In the popular sitcom “Friends,” as well as in the not-so-memorable films “She’s the One” and “Picture Perfect,” Jennifer Aniston has played essentially the same character, who is essentially Jennifer Aniston. In the independent flick “The Good Girl,” Aniston plays Justine Last, a hopelessly depressed clerk at the discount store “Retail Rodeo,” who is so starkly different than the typical Aniston character that about the only thing shared in common is ridiculous attractiveness. (And even this is tampered with somewhat by Justine’s frumpy walk and her no-smiling policy). Aniston anchors the film with her strong performance, while the supporting cast of “The Good Girl” play their roles just right to tell a deeply moving, and at times disturbing, story.
Working at “Retail Rodeo” is right down there with watching grass grow and paint dry on the boring scale. In one of the opening scenes, we see a man who passes time by sticking his foot into the path of the motion-activated door that is the entrance to “Retail Rodeo” each time it is about to shut. Justine hates the monotony of her job, until one day the routine is slightly broken by the sighting of a new employee. She introduces herself to find that he calls himself Holden after Holden Caulfield, the main character in his favorite book “The Catcher in the Rye.” Holden (Jake Gyllenhaal) complains to Justine that nobody “gets” him. Justine feels that nobody gets her either, and soon they are both getting it on with each other in just about every location possible, from a cheap motel to the Retail Rodeo storage room.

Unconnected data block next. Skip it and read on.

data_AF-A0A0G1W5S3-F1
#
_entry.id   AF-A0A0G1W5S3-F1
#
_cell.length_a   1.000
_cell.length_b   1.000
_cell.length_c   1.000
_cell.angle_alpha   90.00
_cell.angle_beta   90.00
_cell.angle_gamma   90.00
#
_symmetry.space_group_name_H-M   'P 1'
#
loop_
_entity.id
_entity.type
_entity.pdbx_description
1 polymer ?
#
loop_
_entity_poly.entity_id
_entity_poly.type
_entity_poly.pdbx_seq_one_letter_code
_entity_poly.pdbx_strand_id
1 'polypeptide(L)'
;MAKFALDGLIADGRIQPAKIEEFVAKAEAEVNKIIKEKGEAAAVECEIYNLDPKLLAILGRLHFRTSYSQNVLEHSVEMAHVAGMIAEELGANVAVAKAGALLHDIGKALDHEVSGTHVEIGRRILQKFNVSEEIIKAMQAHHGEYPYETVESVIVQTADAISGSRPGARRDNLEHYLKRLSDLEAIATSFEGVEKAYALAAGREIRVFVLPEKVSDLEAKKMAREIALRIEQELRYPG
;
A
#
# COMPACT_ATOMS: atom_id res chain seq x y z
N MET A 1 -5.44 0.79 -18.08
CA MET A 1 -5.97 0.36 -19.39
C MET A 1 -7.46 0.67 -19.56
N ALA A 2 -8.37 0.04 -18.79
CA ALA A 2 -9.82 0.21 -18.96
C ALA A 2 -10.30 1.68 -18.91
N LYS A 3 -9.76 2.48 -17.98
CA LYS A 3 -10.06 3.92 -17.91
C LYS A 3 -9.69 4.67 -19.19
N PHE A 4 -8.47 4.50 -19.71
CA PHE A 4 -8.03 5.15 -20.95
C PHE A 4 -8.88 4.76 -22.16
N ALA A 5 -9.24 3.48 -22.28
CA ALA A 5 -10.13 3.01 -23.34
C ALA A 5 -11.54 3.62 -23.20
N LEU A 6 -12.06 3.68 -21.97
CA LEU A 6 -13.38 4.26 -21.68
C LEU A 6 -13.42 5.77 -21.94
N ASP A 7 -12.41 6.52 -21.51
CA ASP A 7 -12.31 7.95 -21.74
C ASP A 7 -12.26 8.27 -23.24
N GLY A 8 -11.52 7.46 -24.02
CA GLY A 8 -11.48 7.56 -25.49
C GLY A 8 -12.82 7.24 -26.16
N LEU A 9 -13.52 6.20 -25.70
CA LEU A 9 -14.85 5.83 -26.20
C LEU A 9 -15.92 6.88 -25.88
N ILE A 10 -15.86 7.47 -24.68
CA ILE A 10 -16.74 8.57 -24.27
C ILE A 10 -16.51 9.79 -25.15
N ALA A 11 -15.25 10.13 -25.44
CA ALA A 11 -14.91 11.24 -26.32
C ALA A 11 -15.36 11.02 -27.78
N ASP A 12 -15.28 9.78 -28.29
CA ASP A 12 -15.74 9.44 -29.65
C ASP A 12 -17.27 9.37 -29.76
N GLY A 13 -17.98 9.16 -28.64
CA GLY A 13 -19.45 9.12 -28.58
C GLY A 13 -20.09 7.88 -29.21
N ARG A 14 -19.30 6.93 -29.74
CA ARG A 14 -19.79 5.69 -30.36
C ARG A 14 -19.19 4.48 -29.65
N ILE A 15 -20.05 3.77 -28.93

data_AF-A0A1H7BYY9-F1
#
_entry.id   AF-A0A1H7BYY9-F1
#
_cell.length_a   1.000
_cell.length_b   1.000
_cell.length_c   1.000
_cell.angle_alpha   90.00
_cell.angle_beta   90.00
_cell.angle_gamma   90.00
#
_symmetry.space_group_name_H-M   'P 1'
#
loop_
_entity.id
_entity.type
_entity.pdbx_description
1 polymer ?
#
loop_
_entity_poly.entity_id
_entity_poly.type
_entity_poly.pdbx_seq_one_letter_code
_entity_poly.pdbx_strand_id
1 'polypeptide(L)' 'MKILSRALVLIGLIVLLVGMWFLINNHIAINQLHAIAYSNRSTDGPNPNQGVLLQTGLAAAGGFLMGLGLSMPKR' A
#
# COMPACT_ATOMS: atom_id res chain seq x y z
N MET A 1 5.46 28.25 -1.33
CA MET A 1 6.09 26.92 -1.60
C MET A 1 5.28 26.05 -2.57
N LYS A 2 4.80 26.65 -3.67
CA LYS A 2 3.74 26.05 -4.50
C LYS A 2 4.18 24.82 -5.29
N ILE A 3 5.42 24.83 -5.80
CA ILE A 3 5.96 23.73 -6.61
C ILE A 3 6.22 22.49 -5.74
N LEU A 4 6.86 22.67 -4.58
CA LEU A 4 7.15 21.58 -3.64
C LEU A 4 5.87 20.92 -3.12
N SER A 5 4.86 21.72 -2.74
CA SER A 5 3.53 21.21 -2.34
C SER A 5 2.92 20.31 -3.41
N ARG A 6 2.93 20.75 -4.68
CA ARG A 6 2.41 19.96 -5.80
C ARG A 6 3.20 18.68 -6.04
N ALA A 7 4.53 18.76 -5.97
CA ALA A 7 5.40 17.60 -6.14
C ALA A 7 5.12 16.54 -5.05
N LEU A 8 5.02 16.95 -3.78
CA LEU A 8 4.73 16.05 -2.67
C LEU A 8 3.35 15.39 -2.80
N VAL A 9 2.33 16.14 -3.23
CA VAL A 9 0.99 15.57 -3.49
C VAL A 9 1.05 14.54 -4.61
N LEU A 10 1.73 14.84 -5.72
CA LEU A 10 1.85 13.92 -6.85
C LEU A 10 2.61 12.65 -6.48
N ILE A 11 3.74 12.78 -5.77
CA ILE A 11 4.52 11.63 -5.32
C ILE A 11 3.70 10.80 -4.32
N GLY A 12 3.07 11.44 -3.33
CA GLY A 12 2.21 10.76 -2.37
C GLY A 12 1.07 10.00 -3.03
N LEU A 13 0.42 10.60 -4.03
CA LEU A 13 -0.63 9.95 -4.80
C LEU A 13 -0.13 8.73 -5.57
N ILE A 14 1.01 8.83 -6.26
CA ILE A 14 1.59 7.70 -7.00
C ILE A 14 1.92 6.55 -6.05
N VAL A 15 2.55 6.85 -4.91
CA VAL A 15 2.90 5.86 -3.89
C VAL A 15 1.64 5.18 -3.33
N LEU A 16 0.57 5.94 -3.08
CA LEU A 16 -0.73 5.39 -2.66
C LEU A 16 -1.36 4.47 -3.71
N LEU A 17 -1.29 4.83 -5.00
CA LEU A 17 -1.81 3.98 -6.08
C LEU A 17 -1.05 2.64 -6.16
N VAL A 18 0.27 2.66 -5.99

The problem is that Justine is married to Phil (John C. Reilly), an overweight house painter who spends nearly all of his time smoking pot with his best friend Bubba (Tim Blake Nelson) and watching television. Sometimes to spice his life up he does both at the same time. Justine proclaims that she’s “married to a pig,” and Holden provides an entirely new lifestyle that she has been waiting to explode into for years. He’s young (22 to her 30), attractive, and he loves to write. “I wanna knock your head open and see what’s inside,” Holden says to Justine, and she has clearly been aching for the opportunity to meet someone cares enough to want to know who she is.
One day after work Bubba sees Justine and Holden together in Justine’s car, and so he follows them to the motel where they frequently travel to hide out and make love. Finding out about this secret relationship is a bittersweet moment for Bubba. He has always idolized Justine as the perfect woman, and finding this flaw in her faithfulness to her husband tears away at this image. However, Bubba has craved Justine since he’s known her, and the sound of her making love to a man other than Phil opens up a door in his mind that having Justine himself is now an attainable goal.
Bubba’s discovery sets off a chain of events that forces Justine to make decision after agonizing decision. She is confronted with emotions that she’s simply had no reason to feel before in her mundane life. This is when Aniston really shows her depth as an actress – we just haven’t seen her in a role before that places her in such serious situations, and here she is impressive.
Although the acting in “The Good Girl” is all-around superb, the movie’s greatest strength is its writing. Mike White wrote the script, and he also appears in the movie as Corny, Retail Rodeo’s bible-thumping security guard. White nailed the manner in which people talk when they don’t really care about something, and he effectively contrasts this with much more colorful dialogue between Justine and Holden. Holden says at one point in the film, “I just want to leave some kind of legacy. Somethin’ great. And after that I don’t care what happens to me.” What a radical thing to say in a town where nobody cares what happens in the first place.